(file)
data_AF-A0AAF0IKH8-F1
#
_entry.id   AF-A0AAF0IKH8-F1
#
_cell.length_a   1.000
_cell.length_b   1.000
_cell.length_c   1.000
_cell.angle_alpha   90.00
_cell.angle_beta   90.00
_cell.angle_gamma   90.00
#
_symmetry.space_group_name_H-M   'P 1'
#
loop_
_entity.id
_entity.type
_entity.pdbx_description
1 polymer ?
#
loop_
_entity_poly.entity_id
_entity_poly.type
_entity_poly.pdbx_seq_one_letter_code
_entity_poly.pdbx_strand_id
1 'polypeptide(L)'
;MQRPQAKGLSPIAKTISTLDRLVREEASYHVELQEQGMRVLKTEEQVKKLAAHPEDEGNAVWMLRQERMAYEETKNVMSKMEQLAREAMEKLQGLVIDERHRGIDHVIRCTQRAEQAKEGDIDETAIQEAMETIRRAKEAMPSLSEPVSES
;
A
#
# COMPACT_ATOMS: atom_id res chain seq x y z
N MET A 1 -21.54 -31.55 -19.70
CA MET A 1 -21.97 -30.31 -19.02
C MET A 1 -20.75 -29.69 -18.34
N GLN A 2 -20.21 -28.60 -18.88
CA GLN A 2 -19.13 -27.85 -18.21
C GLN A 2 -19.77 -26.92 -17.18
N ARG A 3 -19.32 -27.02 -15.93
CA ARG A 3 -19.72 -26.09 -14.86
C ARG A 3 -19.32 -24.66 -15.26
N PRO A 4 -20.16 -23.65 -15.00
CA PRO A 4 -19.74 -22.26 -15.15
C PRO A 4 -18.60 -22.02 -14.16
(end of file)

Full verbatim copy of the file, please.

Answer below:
data_AF-A0AAF0IKH8-F1
#
_entry.id   AF-A0AAF0IKH8-F1
#
_cell.length_a   1.000
_cell.length_b   1.000
_cell.length_c   1.000
_cell.angle_alpha   90.00
_cell.angle_beta   90.00
_cell.angle_gamma   90.00
#
_symmetry.space_group_name_H-M   'P 1'
#
loop_
_entity.id
_entity.type
_entity.pdbx_description
1 polymer ?
#
loop_
_entity_poly.entity_id
_entity_poly.type
_entity_poly.pdbx_seq_one_letter_code
_entity_poly.pdbx_strand_id
1 'polypeptide(L)'
;MQRPQAKGLSPIAKTISTLDRLVREEASYHVELQEQGMRVLKTEEQVKKLAAHPEDEGNAVWMLRQERMAYEETKNVMSKMEQLAREAMEKLQGLVIDERHRGIDHVIRCTQRAEQAKEGDIDETAIQEAMETIRRAKEAMPSLSEPVSES
;
A
#
# COMPACT_ATOMS: atom_id res chain seq x y z
N MET A 1 -21.54 -31.55 -19.70
CA MET A 1 -21.97 -30.31 -19.02
C MET A 1 -20.75 -29.69 -18.34
N GLN A 2 -20.21 -28.60 -18.88
CA GLN A 2 -19.13 -27.85 -18.21
C GLN A 2 -19.77 -26.92 -17.18
N ARG A 3 -19.32 -27.02 -15.93
CA ARG A 3 -19.72 -26.09 -14.86
C ARG A 3 -19.32 -24.66 -15.26
N PRO A 4 -20.16 -23.65 -15.00
CA PRO A 4 -19.74 -22.26 -15.15
C PRO A 4 -18.60 -22.02 -14.16